Mushroom risotto is one of those risotti that is a favourite with so many. It is certainly the one that most of the students look forward to, in our risotto classes.
Before we go any further, I suggest you head on over to the Basic Risotto article here on LinsFood. It’s full of everything you need, to master the art of cooking risotto.
On the basic risotto post, we talk about:
- the history of risotto
- risotto rice
- risotto stock
- risotto science (!)
- fat for risotto
- stirring or no stirring
- mantecatura – the art of creaming with the addition of fat (butter, olive oil, cheese), how we finish cooking risotto
In other words, everything you ever wanted to know about risotto. But were too afraid to ask!
Mushroom Risotto Recipe
Like all risotto recipes, mushroom risotto is pretty straightforward. A “standard” mushroom risotto will need:
- risotto rice
- butter and EV olive oil
- white wine (you can skip this)
Sounds promising, doesn’t it?
In addition to that basic formula, I use a little sherry for added flavour to the mushrooms, and some truffle oil for a classy finish.
What Mushrooms to use for Mushroom Risotto?
My suggestion to you would be to source out about 4-5 different types of mushrooms, if possible. Or at the very least, 3, even if they are dried mushrooms.
Using just one type of mushrooms in your mushroom risotto is doing it a monumental disservice.
You want to cook a mushroom risotto that’s going to stand out from the crowd and that’s going to make your tastebuds dance!
For this reason, using a variety of, especially any multicoloured mushrooms, is so much more effective. Not only is it visually more appealing than a plate of grey or brown risotto, but it is immensely more delicious and satisfying!
Here are just some examples of mushrooms to use for Mushroom ai Funghi
- Porcini (also known as Cep) – a traditional favourite, chestnut-y in flavour, and meaty
- Shiitake – a must for me, for its overflowing umami notes
- White button mushrooms, always a good reliable filler, but I find them boring
- Girolles – such a bright yellow, you must include this, not just for its colour, but its buttery flavour
- Oyster – a touch sweet, a little chewy, adds texture to your risotto
- Chanterelles – fruity and fragrant
These are just a few examples that you can use, whether fresh or dried.
⇒ By the way, I tend to stay away from mushrooms that are going to darken the risotto too much. For the simple reason that I rather like the light, clean look.
How to use Dried Mushrooms
Just soak your mushrooms in hot water for 20 minutes, drain, slice and use as in the recipe here.
Keep the soaking liquid, strain and add it to your stock in this recipe. If you have lots of dried mushrooms, and therefore, lots of soaking liquid, only use half of it, as you don’t want to overpower your risotto, nor discolour it.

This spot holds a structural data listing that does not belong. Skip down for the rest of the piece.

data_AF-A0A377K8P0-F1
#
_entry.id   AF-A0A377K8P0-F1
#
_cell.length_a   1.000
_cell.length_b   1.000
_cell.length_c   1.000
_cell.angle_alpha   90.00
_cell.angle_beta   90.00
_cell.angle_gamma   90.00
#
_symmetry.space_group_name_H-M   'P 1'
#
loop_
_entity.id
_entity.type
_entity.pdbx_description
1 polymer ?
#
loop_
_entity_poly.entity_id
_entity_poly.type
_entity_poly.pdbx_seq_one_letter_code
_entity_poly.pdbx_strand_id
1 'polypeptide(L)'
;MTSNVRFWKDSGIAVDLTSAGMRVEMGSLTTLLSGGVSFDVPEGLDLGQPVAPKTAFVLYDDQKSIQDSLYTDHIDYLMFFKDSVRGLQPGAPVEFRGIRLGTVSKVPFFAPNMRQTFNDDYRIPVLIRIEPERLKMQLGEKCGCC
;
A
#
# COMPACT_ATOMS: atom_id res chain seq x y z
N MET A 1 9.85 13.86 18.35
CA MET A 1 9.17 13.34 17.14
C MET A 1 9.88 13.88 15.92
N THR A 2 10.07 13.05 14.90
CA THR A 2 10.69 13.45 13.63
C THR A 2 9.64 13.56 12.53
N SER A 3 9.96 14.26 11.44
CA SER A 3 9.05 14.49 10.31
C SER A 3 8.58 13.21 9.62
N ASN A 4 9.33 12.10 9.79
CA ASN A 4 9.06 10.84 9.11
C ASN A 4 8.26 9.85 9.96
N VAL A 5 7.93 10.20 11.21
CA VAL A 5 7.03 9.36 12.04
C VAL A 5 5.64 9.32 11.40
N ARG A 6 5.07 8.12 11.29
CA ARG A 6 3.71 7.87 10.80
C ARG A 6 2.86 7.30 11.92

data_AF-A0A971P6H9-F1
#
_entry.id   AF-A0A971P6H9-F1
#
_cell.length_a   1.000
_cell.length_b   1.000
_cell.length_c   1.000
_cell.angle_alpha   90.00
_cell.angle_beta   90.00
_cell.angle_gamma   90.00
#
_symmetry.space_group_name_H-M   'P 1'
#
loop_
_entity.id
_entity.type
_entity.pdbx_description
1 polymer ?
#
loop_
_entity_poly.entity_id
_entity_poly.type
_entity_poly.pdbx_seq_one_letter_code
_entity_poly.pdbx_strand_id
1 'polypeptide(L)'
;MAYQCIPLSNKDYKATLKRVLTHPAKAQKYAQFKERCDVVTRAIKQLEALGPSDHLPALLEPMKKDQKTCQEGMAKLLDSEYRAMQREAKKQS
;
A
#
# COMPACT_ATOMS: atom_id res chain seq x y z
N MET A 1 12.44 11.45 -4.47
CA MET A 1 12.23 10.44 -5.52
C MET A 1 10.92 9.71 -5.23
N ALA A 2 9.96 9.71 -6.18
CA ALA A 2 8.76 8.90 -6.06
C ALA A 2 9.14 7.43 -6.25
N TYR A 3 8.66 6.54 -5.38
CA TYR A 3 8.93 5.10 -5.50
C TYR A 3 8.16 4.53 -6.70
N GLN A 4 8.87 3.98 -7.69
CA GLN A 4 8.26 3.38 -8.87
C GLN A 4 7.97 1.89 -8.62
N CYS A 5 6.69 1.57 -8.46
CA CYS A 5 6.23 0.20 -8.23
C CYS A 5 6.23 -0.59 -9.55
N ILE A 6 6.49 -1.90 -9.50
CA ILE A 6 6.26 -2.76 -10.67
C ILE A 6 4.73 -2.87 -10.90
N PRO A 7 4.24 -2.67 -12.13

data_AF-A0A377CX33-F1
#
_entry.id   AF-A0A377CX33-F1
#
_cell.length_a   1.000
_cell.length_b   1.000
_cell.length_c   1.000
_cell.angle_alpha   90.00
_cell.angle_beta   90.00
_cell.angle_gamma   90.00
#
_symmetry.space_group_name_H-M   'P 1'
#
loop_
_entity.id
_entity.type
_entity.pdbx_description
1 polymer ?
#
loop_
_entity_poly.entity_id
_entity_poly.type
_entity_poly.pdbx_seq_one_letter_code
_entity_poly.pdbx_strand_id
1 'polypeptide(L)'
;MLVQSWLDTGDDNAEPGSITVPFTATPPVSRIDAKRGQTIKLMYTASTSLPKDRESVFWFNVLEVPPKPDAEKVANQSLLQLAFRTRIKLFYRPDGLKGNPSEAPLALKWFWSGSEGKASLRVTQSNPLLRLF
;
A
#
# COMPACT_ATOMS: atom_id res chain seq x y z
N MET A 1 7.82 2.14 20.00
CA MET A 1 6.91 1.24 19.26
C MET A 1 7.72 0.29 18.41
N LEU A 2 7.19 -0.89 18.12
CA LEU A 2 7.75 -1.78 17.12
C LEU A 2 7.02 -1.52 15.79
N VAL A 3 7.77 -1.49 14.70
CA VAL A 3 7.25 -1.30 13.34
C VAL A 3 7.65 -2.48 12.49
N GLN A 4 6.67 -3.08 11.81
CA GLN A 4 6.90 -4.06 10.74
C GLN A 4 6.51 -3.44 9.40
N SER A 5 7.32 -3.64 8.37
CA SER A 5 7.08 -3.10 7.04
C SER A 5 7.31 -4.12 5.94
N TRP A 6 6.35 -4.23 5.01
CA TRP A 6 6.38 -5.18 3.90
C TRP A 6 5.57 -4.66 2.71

What is Truffle Oil?
Truffle Oil is essentially extra virgin olive oil that’s been infused with truffles, whether black or white. It gives a delightful aroma to whatever dish you finish it with. If buying fresh truffles is not something in your budget, truffle oil makes a great flavour substitute.
Where to Buy Truffle Oil?
Here in the UK, I buy them from 2 different companies. I love Belazu’s Black Truffle Olive Oil, it’s extremely affordable, but full of flavour.
Besides that, I like all of the products at The Truffle Hunter, these are the guys I get my fresh truffle from. Their products always go on my Christmas presents list.
More Risotto Recipes on the Risotto Masterclass Page:
Always use a good quality stock for risotto
In an ideal world, we would all be making our own stocks for everything we cook. However, I know that that’s probably asking too much.
Just make sure to use good quality, shop bought stock. These days, that shouldn’t be hard to do at all. You can even find fresh stock in the fridge aisles of supermarkets, next to the raw meat.
We tend to have frozen homemade stock at home, but there are always some stockpots handy for when we run out, and because they are also very convenient. These are the ones I use.
One stockpot or stock cube is usually for 500ml (2 cups) of water. So for the recipe here, you will need 4 stock cubes or stockpots. If you are going to use cubes or stockpots, be sure to pick a good one, with no unnecessary ingredients.
As a general rule of thumb, use a stock that reflects the risotto. So chicken or vegetable stock for this mushroom risotto, seafood stock for seafood risotto, and so on.
If you do fancy making your own stock, here’s an easy, no frills recipe.
Incidentally, unless I’m cooking for vegetarians, I prefer to use chicken stock in my mushroom risotto for a greater depth of flavour.
There you have it, didn’t I say easy? Head on over to the Basic Risotto post, for all the ins and outs, then let’s have some fun!
♥ Do you like this recipe? Please give it a 5-star rating below! And when you make it, share it on Instagram or any other social medium and tag me @azlinbloor. Grazie! … Lin ♥